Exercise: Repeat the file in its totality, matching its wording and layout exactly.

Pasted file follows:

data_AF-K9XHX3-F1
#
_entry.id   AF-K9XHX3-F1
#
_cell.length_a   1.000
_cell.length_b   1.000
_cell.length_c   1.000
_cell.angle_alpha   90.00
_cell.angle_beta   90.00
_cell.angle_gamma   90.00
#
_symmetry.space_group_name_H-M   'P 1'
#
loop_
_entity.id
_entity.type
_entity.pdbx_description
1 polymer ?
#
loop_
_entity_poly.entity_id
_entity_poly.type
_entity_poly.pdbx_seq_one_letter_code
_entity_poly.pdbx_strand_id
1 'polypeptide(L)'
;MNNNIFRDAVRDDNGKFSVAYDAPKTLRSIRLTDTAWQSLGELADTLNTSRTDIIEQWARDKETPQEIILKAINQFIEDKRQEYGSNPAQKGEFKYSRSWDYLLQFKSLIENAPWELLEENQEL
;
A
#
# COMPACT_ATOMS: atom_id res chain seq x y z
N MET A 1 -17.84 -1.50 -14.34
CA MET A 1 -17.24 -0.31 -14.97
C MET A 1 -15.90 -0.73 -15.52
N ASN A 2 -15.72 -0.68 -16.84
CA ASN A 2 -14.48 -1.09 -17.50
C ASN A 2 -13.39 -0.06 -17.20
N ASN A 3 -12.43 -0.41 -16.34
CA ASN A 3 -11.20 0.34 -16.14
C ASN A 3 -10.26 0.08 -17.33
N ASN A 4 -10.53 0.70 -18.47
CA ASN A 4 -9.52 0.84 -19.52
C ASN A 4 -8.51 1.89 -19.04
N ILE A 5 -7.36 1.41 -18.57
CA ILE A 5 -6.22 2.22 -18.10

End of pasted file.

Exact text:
data_AF-K9XHX3-F1
#
_entry.id   AF-K9XHX3-F1
#
_cell.length_a   1.000
_cell.length_b   1.000
_cell.length_c   1.000
_cell.angle_alpha   90.00
_cell.angle_beta   90.00
_cell.angle_gamma   90.00
#
_symmetry.space_group_name_H-M   'P 1'
#
loop_
_entity.id
_entity.type
_entity.pdbx_description
1 polymer ?
#
loop_
_entity_poly.entity_id
_entity_poly.type
_entity_poly.pdbx_seq_one_letter_code
_entity_poly.pdbx_strand_id
1 'polypeptide(L)'
;MNNNIFRDAVRDDNGKFSVAYDAPKTLRSIRLTDTAWQSLGELADTLNTSRTDIIEQWARDKETPQEIILKAINQFIEDKRQEYGSNPAQKGEFKYSRSWDYLLQFKSLIENAPWELLEENQEL
;
A
#
# COMPACT_ATOMS: atom_id res chain seq x y z
N MET A 1 -17.84 -1.50 -14.34
CA MET A 1 -17.24 -0.31 -14.97
C MET A 1 -15.90 -0.73 -15.52
N ASN A 2 -15.72 -0.68 -16.84
CA ASN A 2 -14.48 -1.09 -17.50
C ASN A 2 -13.39 -0.06 -17.20
N ASN A 3 -12.43 -0.41 -16.34
CA ASN A 3 -11.20 0.34 -16.14
C ASN A 3 -10.26 0.08 -17.33
N ASN A 4 -10.53 0.70 -18.47
CA ASN A 4 -9.52 0.84 -19.52
C ASN A 4 -8.51 1.89 -19.04
N ILE A 5 -7.36 1.41 -18.57
CA ILE A 5 -6.22 2.22 -18.10